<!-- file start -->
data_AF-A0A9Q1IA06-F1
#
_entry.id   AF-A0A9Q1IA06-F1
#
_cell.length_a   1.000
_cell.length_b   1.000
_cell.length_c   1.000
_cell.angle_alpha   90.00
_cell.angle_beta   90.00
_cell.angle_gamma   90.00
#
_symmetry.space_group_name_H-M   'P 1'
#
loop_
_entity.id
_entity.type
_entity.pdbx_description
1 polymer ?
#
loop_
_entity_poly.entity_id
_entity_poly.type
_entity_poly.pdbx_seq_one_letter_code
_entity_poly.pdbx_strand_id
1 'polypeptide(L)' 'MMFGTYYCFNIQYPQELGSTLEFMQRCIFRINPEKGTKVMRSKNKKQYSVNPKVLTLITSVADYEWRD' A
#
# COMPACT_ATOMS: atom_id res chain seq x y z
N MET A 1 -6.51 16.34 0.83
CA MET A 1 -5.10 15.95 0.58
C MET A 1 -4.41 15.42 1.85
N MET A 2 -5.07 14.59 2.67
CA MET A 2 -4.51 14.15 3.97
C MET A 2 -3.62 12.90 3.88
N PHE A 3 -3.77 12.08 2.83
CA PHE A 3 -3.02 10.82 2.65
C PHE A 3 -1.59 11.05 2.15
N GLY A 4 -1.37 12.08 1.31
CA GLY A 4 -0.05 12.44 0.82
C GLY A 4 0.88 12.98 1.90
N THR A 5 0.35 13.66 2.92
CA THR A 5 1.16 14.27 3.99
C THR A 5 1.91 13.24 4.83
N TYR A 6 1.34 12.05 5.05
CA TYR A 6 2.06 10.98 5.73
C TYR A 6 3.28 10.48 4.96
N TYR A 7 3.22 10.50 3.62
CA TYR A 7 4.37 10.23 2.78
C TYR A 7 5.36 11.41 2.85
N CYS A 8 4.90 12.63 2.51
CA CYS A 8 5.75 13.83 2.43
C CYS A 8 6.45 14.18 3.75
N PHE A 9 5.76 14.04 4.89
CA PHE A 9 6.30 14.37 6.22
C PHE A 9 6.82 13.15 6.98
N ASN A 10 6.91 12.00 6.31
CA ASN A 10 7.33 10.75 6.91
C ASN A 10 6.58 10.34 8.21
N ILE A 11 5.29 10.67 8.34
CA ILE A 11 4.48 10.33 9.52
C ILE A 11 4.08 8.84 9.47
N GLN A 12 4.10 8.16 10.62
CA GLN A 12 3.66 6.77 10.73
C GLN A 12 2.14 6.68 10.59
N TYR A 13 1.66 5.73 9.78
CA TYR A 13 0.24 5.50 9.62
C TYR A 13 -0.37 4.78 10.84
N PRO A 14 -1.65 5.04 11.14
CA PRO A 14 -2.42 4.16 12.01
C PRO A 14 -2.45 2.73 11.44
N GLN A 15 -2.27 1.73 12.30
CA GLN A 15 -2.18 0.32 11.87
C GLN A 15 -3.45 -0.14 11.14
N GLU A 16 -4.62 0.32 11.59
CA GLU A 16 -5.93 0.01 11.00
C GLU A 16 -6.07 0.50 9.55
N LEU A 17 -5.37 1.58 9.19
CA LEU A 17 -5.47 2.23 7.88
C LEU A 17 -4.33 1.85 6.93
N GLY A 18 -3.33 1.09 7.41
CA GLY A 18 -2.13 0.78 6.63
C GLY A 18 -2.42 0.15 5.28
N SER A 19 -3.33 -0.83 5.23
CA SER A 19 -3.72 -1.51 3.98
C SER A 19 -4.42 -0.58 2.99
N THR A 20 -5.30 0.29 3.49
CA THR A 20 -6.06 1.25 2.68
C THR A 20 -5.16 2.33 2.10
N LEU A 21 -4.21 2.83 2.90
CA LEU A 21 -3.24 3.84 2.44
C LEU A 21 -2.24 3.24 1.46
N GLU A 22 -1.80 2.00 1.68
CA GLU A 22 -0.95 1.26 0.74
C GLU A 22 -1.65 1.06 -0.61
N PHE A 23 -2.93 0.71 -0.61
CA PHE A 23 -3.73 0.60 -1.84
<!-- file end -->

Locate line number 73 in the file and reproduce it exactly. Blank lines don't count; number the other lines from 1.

N GLU A 16 -4.62 0.32 11.59